“If someone hands you a business card, is that data?” asked Mike Piddock.

“It’s all to do with the context in which someone gives you their details,” Anit replied. “Under the current system that is implicit and implied consent. Under GDPR the threshold for consent is a lot higher. It has to be explicit. You would have to get some sort of opt-in consent from them. A regulator wants you to show evidence that you’ve got consent, so implied consent isn’t good enough. It’s on you to show how you that you have consent. Under GDPR that applies to all data you store on your system, regardless of how you use it.”

Glyn offered some advice on becoming GDPR compliant as a business. “At Noodle Live, we are a good way through our compliance process. It has been a multi-stage process. We did a data map of the business which proved to be extremely valuable. You understand a lot more about your business when you do that. It’s a great education piece and I recommend it to everyone. In the second phase we created a roadmap to ensure the entire team understood GDPR and their responsibility. We then sought out lawyers to help us with the final stages and finally, we did a full review to make sure we are fully compliant.”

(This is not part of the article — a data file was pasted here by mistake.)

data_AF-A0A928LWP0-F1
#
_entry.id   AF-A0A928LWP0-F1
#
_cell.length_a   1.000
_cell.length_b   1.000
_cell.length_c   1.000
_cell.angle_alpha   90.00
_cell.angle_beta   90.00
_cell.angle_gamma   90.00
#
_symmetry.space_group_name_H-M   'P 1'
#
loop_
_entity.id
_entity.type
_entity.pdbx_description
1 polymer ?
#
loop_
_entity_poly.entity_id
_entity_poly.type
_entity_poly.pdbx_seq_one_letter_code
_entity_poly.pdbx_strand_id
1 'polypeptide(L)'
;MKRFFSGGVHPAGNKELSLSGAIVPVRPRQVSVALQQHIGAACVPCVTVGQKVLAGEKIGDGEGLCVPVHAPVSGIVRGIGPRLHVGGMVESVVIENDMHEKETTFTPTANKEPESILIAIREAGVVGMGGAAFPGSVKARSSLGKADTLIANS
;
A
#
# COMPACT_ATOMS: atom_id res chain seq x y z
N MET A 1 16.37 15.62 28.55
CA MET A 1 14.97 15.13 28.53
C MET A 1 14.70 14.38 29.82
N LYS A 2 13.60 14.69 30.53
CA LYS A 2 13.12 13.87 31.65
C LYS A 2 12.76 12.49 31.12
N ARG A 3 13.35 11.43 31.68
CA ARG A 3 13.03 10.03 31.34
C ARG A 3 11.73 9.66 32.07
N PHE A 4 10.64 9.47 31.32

“There are companies who are considering creating a check system and a banner to show that you are GDPR compliant. You need to be able to show that you’ve taken all necessary measures to become GDPR compliant. If you do that, your ability to be fined should be minimal.”

“What about bought data?” asked Mike Piddock.

“You need to be very careful that the person you are buying the list from is allowed to use that data and has been compliant,” said Anita Bapat. “When you then market to that list you need to explain who you are and offer an opt-out option at that stage. Always check the context in which you have collected that information. What notice did that organisation give when collecting that data? If it doesn’t match up, you may have to go back and make that data compliant retrospectively.”

Mike Piddock shared an anecdote about a lady who worked for a charity. She looked through their data and realised that a lot of it was not compliant, so she decided to remove a lot of it, effectively halving the charity’s database. She decided to act fast and effectively and not to cut corners. They have lost data, but they are now going to build a compliant database and will avoid running into future problems.

Anita shared a story about a major international business who were fined after sending out an email asking if people were happy to receive emails from them. They were trying to ensure they received consent, but these same people had previously opted out of receiving emails, so the company were fined by the regulators. “If you are not sure about where you got the information, don’t use it,” said Anita.